Throughout out the rap, the listen understand that life in the hood is all about women (“bitches’’) and money – those are the man thing that a mans life revolves around in the end. An image of frustration seems to be permeated throughout the rap at the same time and certain lyrics further create this image – “I got hard times and realize … sometimes I wonder… but it just seems that the hood took me under. ’’ It is interesting to note that in ghetto culture that women do not like to be referred to as `bitches`, `hoes` etc they like to be thought of as women and to be called a women.
By referring to women as `bitches’ and the circle will continue – children learn from their parents. In Boyz in the Hood the young men do not seem to respect women and refer to them in derogatory ways and views women as `bitches’ and `hoes’. Doughboy was the character that permeated this stereotype. In the scene where all the young people were at the community barbeque and Tre said to the boys that the women should be the first to eat (he was being polite and being a gentleman). Doughboy was not however. Doughboy: Ho’s gotta eat too. Shalika: Who you callin’ a ho’, I ain’t no ho’.
Doughboy: Oops, I’m sorry, bitch. It is clear to see that throughout the movie that Doughboy has no respect for women/ has grown up speaking to women and referring to them in a particular way. Doughboy: Don’t go to college to be talkin’ to no bitches. Your black ass ‘posed to be learnin’ somethin’. Can’t learn shit talkin’ to no stupid ass bitch. It is through the power of words that we as individuals learn what life is like for others and what life means to a particular person. The last cultural artefact that will be analysed in this paper pertains to that of African American poetry.
The piece of poetry to be analysed here is apiece by C. Highsmith-Hooks called Ghetto Child. Even from the title of the piece we can come to an understanding of what the poem will be about and the fact that the poem is going to feed deep into your soul once you read the poem. This poem is found in the famous collection by C. Highsmith-Hooks called The Soul of a Black Woman. There were a number of reasons why I chose to analyze this poem and relate it to the other two cultural artefacts but the main reason was because this is a poem written by a woman and the other two mediums analyzed were written by men.
Ghetto Child tells the story of a child from the `hood’ whose senseless death is mourned by his mother only. This poem was interesting because it pertained to the very essence of what was conveyed in the other two mediums analyzed that a life in the hood leads to death no matter what way one looks at it. In Boyz in the Hood both Ricky and Doughboy were murdered in the hood. This poem helps the audience understand what it is like for a woman in the `hood’ when she looses a child.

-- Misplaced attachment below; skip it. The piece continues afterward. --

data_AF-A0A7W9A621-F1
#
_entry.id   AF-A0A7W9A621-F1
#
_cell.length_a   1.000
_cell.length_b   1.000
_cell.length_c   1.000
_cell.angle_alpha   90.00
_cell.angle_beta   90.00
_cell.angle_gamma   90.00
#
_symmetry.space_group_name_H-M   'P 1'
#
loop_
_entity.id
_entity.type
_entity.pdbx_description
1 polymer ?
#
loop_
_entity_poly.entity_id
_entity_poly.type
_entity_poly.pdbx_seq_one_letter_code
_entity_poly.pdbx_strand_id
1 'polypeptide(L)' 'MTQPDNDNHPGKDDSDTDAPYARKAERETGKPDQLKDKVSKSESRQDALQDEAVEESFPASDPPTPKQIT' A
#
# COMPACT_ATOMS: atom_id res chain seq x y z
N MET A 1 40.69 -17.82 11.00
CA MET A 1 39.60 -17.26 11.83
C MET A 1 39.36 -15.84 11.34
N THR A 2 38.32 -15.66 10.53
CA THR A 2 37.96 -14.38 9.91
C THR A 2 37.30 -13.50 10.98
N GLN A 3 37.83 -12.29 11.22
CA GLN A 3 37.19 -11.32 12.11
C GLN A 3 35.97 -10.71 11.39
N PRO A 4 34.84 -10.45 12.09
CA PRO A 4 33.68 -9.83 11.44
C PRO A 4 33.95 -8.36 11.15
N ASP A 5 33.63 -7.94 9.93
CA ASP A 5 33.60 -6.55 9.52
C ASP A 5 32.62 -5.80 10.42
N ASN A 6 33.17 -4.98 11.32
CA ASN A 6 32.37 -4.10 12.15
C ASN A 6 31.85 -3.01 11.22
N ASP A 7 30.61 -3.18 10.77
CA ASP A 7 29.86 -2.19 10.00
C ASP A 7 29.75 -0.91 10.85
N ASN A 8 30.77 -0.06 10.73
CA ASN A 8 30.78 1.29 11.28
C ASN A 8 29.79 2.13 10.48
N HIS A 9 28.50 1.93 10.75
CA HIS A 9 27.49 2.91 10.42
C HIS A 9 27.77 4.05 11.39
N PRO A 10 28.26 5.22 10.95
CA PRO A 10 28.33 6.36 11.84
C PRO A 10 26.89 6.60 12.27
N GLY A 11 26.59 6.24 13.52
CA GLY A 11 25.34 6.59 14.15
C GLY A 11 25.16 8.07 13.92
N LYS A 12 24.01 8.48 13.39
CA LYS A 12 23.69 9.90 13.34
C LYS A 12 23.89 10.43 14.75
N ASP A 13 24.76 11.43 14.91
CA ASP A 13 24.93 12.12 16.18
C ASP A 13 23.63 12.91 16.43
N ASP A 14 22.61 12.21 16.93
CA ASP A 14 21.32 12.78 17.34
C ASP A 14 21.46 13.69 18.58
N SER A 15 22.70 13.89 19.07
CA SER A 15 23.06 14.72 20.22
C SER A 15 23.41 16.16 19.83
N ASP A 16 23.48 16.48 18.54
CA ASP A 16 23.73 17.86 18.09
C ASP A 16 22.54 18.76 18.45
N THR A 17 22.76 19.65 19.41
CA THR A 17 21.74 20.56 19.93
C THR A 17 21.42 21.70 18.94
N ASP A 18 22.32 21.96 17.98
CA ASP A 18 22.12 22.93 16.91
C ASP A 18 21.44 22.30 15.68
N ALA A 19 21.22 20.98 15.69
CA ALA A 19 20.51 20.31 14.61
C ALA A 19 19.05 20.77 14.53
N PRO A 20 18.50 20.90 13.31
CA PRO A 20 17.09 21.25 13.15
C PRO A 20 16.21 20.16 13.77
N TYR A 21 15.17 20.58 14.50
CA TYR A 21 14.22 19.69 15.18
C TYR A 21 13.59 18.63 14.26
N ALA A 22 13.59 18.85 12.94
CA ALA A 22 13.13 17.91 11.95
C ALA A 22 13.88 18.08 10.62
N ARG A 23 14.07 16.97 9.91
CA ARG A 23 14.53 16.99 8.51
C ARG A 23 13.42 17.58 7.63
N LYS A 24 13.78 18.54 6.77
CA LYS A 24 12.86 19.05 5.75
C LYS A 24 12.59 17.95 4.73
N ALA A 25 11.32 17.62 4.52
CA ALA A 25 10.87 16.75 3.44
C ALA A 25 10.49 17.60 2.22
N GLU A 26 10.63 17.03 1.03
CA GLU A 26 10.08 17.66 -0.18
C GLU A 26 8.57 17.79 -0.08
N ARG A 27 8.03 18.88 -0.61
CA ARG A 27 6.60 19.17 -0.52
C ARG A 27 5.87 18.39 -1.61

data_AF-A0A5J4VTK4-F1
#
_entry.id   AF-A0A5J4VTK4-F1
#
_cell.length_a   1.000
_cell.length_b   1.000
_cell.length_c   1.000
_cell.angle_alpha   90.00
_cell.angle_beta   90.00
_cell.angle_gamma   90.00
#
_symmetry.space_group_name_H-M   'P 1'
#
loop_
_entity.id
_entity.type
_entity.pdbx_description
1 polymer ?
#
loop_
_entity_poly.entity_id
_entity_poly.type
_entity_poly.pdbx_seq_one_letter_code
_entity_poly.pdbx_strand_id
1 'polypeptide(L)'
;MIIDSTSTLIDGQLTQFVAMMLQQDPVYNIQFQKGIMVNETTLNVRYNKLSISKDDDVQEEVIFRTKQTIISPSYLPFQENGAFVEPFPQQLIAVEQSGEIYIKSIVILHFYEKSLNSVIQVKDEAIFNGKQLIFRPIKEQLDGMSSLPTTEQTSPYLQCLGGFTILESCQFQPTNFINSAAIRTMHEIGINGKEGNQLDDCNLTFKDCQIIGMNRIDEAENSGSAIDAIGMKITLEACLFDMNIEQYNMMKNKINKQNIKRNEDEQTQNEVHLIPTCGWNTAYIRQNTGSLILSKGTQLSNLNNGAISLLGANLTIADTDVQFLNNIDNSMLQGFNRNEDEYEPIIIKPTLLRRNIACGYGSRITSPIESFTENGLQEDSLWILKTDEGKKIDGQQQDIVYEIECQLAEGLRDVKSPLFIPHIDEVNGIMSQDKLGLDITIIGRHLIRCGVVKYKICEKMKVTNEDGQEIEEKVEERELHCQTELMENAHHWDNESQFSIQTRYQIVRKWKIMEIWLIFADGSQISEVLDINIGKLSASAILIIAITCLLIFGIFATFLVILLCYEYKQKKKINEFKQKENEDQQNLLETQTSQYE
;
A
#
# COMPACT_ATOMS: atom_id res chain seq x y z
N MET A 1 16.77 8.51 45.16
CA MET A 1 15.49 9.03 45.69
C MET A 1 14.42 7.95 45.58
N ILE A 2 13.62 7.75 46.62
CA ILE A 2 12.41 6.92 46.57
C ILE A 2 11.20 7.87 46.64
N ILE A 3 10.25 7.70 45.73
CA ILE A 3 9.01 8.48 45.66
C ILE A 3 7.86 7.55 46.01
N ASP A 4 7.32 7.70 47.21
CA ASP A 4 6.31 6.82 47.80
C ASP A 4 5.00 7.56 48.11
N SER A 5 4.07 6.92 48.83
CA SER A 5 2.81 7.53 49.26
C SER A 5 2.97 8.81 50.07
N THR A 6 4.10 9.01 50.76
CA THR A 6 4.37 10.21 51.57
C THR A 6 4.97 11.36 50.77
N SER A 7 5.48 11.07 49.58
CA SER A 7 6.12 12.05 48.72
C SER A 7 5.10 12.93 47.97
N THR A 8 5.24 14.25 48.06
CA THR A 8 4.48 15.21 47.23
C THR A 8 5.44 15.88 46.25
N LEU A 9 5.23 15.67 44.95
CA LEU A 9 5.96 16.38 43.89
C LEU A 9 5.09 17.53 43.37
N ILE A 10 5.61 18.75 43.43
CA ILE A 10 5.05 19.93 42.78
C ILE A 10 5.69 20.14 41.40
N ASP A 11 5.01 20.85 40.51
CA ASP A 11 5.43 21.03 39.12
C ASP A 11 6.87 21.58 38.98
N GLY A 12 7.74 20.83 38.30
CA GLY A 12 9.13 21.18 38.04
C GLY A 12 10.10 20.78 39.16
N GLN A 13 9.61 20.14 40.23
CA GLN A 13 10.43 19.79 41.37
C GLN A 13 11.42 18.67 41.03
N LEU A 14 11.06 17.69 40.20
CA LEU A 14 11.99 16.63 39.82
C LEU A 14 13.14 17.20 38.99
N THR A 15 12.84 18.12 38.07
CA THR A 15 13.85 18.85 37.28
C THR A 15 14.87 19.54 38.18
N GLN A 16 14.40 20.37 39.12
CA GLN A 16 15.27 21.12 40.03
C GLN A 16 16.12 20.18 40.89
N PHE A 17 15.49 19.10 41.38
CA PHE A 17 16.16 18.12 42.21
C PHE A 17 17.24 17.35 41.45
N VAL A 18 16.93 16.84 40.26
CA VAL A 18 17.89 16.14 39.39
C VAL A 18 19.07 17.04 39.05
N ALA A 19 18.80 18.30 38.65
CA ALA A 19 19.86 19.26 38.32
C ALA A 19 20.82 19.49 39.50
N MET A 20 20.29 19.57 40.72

This notion was briefly shown in Boyz in the Hood when Ricky was murdered and his mother broke down. It is always said that it is better reading a book before you see a film. In this same sense it is important to understand that reading a poem is much better than watching a film as you get to understand and create your own imagery and understand the character in your own mind. In Conclusion, it is clear that there are similarities in the way that the `hood culture` is conveyed in the three cultural artefacts – film, music and poetry that were analyzed in this paper.
The major themes explored in these cultural artefacts were that of the permenant violence that surrounds life in the hood – especially for young males. It is a dog eat dog world in the hood and as a young man you need to make a choice about whether or not you will be using a gun because if you do you surely will get killed in the end. Another point that is of interest and has produced ideologies in all three cultural artefacts was how women are viewed in the ghetto.
Males seem to have little respect for women with the except being the character of Tre in Boyz in the Hood where he was taught from an early age how to be a good man and in turn respect women. The other characters in the film had little respect for women and often referred to women as “bitches’’ or “hoes’’. References: Film: Boyz in the Hood (1991) : Written and directed by John Singleton. Lyrics: Growing up in the Hood – CMW Poem: C. Highsmith-Hooks “Ghetto Child’’ in The Soul of a Black Woman: From a Whisper to a Shout (2002).